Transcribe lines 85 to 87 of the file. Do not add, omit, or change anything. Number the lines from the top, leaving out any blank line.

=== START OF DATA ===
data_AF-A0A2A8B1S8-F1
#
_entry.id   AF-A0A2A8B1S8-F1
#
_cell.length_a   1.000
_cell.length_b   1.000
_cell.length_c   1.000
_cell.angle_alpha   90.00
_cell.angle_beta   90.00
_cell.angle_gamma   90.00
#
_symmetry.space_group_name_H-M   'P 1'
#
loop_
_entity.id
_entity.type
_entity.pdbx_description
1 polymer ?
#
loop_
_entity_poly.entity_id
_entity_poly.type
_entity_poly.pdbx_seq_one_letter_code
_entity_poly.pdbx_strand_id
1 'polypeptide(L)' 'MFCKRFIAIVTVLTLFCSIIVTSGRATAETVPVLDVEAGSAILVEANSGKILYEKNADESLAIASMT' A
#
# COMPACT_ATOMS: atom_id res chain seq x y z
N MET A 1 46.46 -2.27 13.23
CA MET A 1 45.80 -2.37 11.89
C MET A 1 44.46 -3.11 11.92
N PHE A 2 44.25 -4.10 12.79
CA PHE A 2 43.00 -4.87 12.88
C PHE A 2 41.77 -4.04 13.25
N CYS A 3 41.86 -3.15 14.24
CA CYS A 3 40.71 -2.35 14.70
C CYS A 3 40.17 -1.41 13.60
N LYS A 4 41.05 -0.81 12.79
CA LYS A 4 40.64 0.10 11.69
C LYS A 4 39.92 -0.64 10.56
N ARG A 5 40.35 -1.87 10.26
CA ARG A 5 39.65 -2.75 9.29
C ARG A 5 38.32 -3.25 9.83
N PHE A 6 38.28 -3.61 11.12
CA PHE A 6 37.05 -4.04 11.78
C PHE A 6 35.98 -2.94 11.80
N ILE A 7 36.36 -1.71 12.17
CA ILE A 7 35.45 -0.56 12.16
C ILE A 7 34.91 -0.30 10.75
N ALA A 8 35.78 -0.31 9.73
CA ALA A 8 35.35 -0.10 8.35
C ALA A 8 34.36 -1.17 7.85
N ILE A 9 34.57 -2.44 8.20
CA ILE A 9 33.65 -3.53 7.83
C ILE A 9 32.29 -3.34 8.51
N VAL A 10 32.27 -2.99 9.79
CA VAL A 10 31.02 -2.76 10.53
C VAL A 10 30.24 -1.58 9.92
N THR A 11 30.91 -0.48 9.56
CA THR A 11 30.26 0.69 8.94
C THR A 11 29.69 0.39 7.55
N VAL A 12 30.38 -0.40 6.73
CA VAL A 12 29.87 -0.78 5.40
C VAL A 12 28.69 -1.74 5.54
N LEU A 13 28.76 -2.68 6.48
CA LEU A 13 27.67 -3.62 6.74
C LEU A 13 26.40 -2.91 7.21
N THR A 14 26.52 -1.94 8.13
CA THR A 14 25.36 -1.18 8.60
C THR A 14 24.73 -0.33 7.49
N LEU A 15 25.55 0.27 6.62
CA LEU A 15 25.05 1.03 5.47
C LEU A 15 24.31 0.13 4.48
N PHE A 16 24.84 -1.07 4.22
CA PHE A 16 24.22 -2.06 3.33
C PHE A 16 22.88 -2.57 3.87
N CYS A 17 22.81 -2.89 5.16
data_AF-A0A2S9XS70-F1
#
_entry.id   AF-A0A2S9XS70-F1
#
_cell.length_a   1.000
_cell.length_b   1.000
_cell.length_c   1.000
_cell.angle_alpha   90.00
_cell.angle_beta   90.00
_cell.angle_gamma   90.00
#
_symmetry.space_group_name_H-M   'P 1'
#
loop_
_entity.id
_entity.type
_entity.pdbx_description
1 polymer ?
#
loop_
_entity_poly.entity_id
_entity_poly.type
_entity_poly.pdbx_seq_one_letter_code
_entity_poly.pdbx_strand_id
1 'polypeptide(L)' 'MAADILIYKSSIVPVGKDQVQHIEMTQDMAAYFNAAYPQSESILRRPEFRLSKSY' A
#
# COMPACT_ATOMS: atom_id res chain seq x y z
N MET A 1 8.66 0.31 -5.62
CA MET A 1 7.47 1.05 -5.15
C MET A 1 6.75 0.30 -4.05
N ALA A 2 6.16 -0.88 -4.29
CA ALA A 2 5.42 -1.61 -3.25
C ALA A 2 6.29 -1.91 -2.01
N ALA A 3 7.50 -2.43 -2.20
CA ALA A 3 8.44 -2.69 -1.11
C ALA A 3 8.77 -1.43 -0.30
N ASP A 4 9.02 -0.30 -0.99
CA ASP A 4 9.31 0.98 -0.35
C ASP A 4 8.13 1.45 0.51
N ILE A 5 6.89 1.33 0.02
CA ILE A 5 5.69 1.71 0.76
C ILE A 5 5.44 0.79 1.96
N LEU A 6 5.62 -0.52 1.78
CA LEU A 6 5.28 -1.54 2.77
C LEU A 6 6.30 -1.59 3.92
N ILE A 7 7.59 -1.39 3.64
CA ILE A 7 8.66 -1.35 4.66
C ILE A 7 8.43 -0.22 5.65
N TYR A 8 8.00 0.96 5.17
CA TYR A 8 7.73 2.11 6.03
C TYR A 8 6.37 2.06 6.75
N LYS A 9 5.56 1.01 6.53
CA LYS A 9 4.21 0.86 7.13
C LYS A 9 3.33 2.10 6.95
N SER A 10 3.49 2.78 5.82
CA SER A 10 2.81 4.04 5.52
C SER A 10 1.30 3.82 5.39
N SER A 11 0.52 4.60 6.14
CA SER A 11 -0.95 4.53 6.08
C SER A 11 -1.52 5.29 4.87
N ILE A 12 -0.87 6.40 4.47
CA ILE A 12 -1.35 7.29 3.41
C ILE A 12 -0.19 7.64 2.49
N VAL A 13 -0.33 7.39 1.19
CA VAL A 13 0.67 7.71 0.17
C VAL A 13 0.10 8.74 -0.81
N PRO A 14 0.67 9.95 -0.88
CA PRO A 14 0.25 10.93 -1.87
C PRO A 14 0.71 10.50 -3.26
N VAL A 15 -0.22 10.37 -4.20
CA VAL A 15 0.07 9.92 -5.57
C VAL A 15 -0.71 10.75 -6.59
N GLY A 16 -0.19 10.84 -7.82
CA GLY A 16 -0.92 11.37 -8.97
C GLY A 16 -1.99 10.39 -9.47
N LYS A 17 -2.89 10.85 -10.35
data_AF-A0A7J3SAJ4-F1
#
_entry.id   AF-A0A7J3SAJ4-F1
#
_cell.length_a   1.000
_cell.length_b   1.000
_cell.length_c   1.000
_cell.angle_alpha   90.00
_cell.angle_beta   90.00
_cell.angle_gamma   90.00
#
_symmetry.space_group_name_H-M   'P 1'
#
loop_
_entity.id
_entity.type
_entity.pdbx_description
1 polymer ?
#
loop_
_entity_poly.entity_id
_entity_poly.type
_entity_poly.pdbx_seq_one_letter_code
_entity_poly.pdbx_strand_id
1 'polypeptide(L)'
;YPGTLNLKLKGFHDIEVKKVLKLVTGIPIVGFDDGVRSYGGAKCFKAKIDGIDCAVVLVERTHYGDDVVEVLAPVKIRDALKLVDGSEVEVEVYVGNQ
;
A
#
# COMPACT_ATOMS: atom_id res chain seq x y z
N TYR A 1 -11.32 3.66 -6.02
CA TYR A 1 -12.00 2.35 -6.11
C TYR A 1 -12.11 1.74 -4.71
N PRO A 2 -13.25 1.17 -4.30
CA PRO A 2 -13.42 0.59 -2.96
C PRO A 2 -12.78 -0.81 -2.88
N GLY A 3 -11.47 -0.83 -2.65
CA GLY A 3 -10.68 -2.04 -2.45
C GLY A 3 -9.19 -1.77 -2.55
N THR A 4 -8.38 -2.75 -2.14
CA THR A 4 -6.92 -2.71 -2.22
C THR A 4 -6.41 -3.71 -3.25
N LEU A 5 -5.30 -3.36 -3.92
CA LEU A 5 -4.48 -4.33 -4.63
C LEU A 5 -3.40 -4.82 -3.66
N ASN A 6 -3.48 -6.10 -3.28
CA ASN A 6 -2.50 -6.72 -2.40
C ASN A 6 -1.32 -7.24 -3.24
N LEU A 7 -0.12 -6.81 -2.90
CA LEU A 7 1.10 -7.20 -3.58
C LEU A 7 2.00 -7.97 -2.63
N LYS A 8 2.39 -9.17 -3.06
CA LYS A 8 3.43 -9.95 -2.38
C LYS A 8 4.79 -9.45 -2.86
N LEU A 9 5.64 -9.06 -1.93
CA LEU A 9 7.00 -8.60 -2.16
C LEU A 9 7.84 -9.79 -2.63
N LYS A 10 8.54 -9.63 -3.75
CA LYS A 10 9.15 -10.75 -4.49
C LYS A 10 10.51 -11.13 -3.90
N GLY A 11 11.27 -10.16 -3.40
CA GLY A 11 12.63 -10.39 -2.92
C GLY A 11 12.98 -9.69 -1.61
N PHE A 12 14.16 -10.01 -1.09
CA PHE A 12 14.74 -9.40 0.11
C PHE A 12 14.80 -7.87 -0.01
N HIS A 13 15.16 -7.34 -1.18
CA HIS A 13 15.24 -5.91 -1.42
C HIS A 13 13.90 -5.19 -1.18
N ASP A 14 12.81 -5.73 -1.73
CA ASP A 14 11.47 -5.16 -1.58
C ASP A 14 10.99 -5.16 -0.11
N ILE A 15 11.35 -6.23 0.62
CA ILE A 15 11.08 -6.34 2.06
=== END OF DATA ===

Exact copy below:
_cell.angle_beta   90.00
_cell.angle_gamma   90.00
#